This week on The Download: Sounds Profitable publishes the Creators report. Slate is running provocative billboards for Slow Burn, Spotify turns its radar on podcasts, rising YouTube CPMs make the platform even more attractive for podcasters, and news organizations struggle to keep young folks around.
Firstly, if you’ll indulge us a bit of self-promotion, the first ever Sounds Profitable report has been delivered! On Tuesday Sounds Profitable hosted a first-of-its-kind presentation of The Creators. Here’s how we billed it:
“Sounds Profitable, in partnership with Edison Research, has put together the first credible study of the profile of podcast creators in America. This is an incredibly important benchmark in the history of podcasting and the first of many regular reports Sounds Profitable will be publishing to chart the future of the audio business.”
The Creators operates off a data sample of 617 people who fit the profile of having produced a podcast, were over the age of eighteen, and listened to podcasts weekly. The data was collected from Q2 2021 through Q1 of this year.
Some results put into sharp focus many assumed truths of the industry, as well as challenging others. The gender makeup of those polled showed sixty-nine percent of creators were men, twenty percentage points higher than the population of the United States. On that same token, the ethnicity spectrum shows podcasting has more diversity, with more representation of Black and Hispanic/Latino podcasters than the census reports as a national average.
These juicy stats and more are available at SoundsProfitable.com/thecreators, from the presentation’s video to a spiffy 35-slide PDF of just the presentation, for you raw data nerds out there.
In an advertising campaign fitting of a flashy documentary, Slate is running a stealth billboard campaign for the current season of Slow Burn. From Ariel Shapiro’s reporting on Tuesday’s issue of Hot Pod:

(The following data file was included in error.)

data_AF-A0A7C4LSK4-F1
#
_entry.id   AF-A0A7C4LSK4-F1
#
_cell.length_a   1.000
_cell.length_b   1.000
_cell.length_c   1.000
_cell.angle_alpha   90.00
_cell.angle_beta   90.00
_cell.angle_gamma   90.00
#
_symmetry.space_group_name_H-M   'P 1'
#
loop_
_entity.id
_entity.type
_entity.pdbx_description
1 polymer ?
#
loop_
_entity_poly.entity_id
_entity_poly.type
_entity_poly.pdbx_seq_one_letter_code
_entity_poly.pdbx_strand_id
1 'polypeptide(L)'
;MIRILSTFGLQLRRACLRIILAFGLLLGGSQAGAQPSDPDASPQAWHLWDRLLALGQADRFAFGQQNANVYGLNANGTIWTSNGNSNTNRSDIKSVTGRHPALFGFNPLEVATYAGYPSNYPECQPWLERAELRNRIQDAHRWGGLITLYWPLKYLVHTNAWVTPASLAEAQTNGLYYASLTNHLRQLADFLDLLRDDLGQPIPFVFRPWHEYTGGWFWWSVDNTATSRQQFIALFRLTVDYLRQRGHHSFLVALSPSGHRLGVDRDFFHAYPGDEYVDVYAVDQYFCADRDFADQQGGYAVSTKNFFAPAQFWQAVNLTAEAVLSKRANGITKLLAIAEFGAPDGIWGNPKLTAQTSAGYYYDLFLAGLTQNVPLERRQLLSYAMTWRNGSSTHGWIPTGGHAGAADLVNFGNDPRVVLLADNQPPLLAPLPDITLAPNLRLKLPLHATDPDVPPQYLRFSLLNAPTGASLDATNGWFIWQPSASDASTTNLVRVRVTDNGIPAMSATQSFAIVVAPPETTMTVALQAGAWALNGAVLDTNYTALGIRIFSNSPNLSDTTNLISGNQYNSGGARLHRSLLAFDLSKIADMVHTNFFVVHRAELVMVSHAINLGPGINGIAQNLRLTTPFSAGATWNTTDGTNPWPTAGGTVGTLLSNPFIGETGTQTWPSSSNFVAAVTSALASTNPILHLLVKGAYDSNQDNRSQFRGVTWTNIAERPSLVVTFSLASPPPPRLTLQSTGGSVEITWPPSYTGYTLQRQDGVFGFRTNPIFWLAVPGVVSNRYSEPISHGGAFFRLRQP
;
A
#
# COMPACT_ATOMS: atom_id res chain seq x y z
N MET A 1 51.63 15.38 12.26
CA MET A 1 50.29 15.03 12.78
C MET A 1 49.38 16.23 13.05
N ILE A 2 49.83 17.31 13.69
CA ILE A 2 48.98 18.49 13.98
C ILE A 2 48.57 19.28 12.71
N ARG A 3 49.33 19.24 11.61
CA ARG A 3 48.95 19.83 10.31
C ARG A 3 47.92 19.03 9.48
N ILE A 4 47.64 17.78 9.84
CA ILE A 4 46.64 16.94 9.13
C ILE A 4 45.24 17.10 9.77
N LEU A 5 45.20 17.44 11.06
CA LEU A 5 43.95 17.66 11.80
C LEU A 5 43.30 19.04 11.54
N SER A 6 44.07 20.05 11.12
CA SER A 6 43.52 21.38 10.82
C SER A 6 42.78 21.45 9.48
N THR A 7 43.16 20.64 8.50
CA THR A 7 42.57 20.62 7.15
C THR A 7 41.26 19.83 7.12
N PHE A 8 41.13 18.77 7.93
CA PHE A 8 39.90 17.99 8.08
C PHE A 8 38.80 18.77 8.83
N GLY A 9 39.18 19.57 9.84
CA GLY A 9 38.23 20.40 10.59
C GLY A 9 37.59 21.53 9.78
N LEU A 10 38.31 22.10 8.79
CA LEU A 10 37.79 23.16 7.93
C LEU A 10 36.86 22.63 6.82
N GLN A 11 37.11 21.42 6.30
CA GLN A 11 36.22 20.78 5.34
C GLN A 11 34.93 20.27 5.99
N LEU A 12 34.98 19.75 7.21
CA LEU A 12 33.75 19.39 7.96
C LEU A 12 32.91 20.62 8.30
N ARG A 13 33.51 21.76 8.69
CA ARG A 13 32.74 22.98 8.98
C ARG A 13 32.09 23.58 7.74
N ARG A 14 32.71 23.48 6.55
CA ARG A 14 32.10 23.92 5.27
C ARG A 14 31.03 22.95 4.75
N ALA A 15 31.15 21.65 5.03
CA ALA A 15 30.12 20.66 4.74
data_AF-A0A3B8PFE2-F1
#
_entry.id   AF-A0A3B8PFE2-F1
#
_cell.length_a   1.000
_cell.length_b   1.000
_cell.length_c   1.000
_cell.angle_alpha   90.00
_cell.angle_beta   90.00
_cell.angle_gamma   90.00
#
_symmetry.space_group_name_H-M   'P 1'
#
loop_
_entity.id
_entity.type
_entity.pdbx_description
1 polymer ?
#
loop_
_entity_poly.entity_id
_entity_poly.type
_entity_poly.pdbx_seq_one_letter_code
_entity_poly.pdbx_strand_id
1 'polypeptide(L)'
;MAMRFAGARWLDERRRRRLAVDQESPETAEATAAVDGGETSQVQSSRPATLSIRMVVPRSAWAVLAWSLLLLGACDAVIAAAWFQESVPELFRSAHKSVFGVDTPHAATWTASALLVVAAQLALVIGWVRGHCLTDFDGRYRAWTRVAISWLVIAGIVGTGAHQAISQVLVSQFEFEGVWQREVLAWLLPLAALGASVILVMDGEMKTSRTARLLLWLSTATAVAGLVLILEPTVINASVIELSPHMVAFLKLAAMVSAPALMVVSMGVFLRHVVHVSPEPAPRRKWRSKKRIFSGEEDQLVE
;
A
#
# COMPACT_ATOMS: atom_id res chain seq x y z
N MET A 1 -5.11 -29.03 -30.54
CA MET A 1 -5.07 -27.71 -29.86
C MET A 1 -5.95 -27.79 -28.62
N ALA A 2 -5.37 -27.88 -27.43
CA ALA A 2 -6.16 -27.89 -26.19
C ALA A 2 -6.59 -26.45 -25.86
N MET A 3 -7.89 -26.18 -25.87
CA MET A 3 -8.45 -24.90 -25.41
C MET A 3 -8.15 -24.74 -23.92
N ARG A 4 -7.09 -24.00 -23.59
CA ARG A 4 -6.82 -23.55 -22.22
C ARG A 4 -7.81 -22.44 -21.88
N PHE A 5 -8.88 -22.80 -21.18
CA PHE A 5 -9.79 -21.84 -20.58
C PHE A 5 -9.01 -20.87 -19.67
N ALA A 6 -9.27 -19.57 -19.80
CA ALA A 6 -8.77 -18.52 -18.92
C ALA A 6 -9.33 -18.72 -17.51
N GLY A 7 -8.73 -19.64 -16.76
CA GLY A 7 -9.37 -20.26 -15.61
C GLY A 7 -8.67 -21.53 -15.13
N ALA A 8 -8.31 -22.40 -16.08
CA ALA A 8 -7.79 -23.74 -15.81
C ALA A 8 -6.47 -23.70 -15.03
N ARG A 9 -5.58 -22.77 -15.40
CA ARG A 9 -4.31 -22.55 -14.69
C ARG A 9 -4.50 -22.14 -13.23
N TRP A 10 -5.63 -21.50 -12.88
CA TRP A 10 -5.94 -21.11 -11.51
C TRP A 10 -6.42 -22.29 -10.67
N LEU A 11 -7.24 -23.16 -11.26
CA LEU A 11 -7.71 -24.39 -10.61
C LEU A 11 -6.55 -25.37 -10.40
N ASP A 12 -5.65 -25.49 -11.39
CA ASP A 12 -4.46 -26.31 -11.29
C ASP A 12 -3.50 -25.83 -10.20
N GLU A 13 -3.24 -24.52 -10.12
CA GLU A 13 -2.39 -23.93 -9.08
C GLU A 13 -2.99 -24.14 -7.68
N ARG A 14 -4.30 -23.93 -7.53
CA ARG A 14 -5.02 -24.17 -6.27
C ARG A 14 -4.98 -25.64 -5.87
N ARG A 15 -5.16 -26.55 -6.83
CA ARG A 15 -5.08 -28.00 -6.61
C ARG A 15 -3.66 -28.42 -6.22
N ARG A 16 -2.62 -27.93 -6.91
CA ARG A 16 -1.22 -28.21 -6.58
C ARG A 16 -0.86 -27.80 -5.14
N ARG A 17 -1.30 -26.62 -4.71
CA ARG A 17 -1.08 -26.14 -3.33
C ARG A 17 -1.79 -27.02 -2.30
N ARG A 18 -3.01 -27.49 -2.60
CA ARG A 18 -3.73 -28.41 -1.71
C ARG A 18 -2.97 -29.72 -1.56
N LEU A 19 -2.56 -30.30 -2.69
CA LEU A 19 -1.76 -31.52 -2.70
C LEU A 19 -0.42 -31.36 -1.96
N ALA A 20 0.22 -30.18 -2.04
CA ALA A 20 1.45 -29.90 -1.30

“Slate is launching a provocative new campaign to promote its latest season of Slow Burn, which tells the story of Shirley Wheeler, the first woman convicted of manslaughter for getting an abortion. The outlet has placed billboards in states that now have some of the strictest abortion laws in the country urging passersby to “Defend Shirley Wheeler.”
The billboards are up in seven states with deeply-entrenched anti-abortion sentiment that had trigger laws waiting for Roe v. Wade’s nullification.
The same issue of Hot Pod also spotlighted the efforts of Earbuds Podcast Collective founder Arielle Nissenblatt to organize a massive campaign of podcasts running pre-roll message to advocate for abortion rights. Messages like the one you’ll find at the beginning of this very episode. Hundreds of podcasters have signed on to the cause, including The Bechdel Cast, You Are Good, and legacy household name My Favorite Murder.
This Wednesday Spotify announced a podcast version of its RADAR program, originally created to spotlight up-and-coming artists on the music side of the app. RADAR Podcasters aims to get promising young podcasts in front of wider audiences with free exposure in-app.
Each quarter Spotify’s content editors in participating regions will select three podcasts to spotlight with the RADAR program. Podcast Editorial Lead Brianne O’Brien goes more into the rhetoric used:
“We’ll focus on creators with shows that exhibit authenticity and inclusivity, give us a reason to keep listening, and educate and entertain.”
Currently the list of participating countries is fifteen, including thirteen countries in which English is not the default language. This is encouraging news for more big company recognition of podcasting’s strengths outside the North American and UK English-speaking bubble. O’Brien seems passionate about the cause, too.